Customer charters can play a key role in manifesting your wider brand promise into concrete standards and commitments that you are happy for your customers to judge you by.
In hundreds of engagements in all types of businesses and sectors, we have seen a lot of customer charters, propositions and promises!
If we have learned anything from this experience it’s that your charter mustn’t be wishy washy!!
There are some common factors concerning customer charters that significantly help them land successfully with different internal and external stakeholder groups. We call them ‘lenses’ of best practice, and here are six tests to assess your charter against:
- The wishful thinking test – are the commitments you make in your charter concrete promises or just aspirations (i.e. to ‘try’ to be better)?
- The unequivocal test – are the statements unambiguous and won’t lead to fruitless arguments about what is and isn’t actually promised?
- A differentiator test – how does your charter differ from what anybody else offering a similar service might promise? Every promise doesn’t have to be a differentiator, but at least some should!
- The prosecution test – if this commitment was made illegal, would they be able to gather enough evidence to convict you of it?!
- A measurability test – is it actually possible to quantifiably measure performance against this promise?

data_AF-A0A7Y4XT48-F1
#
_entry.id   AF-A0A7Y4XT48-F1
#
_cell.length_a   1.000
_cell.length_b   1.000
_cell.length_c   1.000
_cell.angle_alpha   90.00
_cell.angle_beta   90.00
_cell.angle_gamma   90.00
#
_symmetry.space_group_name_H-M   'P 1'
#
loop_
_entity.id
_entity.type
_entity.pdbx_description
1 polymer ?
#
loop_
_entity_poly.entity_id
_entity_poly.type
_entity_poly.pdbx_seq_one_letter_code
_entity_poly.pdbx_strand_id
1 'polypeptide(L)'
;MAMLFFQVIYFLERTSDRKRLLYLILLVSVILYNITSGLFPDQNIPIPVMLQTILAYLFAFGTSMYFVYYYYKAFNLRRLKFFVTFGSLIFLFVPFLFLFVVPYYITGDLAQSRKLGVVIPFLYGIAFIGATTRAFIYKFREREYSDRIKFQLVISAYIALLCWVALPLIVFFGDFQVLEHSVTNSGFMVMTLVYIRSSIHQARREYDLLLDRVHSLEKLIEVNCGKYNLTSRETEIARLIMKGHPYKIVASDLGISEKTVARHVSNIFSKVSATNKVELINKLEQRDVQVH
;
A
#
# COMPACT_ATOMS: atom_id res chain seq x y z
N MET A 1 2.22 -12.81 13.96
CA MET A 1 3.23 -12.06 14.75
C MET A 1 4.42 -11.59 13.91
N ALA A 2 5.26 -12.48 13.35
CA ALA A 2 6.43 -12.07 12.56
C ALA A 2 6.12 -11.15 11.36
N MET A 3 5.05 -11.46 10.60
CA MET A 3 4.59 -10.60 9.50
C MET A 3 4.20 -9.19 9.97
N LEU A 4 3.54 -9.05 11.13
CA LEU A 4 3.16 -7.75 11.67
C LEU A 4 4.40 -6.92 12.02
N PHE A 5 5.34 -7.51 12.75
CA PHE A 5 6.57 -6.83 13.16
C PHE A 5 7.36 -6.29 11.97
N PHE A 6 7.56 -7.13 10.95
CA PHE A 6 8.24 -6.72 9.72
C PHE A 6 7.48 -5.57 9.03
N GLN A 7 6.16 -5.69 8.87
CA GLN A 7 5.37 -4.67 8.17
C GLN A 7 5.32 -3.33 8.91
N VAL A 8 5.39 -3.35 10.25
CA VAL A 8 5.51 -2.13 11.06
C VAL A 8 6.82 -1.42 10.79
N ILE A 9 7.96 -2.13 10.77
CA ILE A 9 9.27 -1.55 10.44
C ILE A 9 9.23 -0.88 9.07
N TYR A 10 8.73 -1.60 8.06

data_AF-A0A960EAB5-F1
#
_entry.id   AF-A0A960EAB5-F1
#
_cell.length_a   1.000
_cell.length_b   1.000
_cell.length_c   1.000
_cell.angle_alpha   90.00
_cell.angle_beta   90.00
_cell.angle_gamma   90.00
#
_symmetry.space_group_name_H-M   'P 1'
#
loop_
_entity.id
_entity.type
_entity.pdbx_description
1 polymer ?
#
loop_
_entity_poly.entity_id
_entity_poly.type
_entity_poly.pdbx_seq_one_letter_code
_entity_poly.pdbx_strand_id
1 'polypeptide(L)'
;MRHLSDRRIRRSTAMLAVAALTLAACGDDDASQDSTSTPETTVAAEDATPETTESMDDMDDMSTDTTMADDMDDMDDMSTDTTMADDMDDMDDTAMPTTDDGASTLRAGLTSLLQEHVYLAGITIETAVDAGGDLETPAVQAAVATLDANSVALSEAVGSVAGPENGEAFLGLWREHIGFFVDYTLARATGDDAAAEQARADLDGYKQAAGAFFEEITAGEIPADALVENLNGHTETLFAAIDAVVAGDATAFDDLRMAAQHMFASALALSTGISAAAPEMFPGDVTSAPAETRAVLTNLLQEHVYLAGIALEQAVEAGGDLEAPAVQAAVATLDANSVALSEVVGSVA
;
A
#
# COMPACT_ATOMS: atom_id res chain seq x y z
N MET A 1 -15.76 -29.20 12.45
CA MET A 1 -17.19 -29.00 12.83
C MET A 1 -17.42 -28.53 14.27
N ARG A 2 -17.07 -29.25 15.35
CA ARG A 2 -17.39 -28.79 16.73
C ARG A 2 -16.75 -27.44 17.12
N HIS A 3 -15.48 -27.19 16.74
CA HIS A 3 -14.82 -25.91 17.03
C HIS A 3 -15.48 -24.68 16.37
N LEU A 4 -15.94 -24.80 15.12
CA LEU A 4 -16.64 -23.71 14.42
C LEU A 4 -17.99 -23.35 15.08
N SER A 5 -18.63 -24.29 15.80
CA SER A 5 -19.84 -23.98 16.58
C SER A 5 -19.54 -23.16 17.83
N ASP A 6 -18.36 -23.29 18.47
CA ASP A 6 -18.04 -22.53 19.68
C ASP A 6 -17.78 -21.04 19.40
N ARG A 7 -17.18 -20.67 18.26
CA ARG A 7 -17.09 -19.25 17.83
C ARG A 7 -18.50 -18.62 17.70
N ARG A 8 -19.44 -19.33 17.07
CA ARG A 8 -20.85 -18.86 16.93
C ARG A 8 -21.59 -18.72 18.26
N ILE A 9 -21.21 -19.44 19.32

- The trust test – it’s an obvious truism that if you break your promises, then you damage trust. It’s worth digging deeper – does your charter reinforce and build trust in all the different elements of trust. My colleague Dr Mark Hollyoake has developed a ground-breaking definition and model of B2B trust – does your charter address all these elements?
What is B2B trust?
“The willingness to be vulnerable to another party and the decision to engage in actions based upon an interpretation of their ability, credibility and the expectations of mutual value exchange over time.”
Hollyoake, M. (2020)
We utilise these tests to develop or fine tune customer charters to be genuine and impactful with customers and staff alike.
Once your charter passes these tests then it’s worth engaging with your key stakeholders to determine and explore the “so what” of the promises made. This is critical to successful charter embedding – getting you to the place where you can confidently launch it internally and externally, and/or ensure ongoing socialisation, assimilation into BAU/ways of working/training, and governance.
Does your customer charter or proposition need developing or strengthening? Please get in touch if you’d like to discuss further any of the issues raised in this blog.
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- Customer Centricity Corner with Peter Lavers – Listening to Customers - June 26, 2023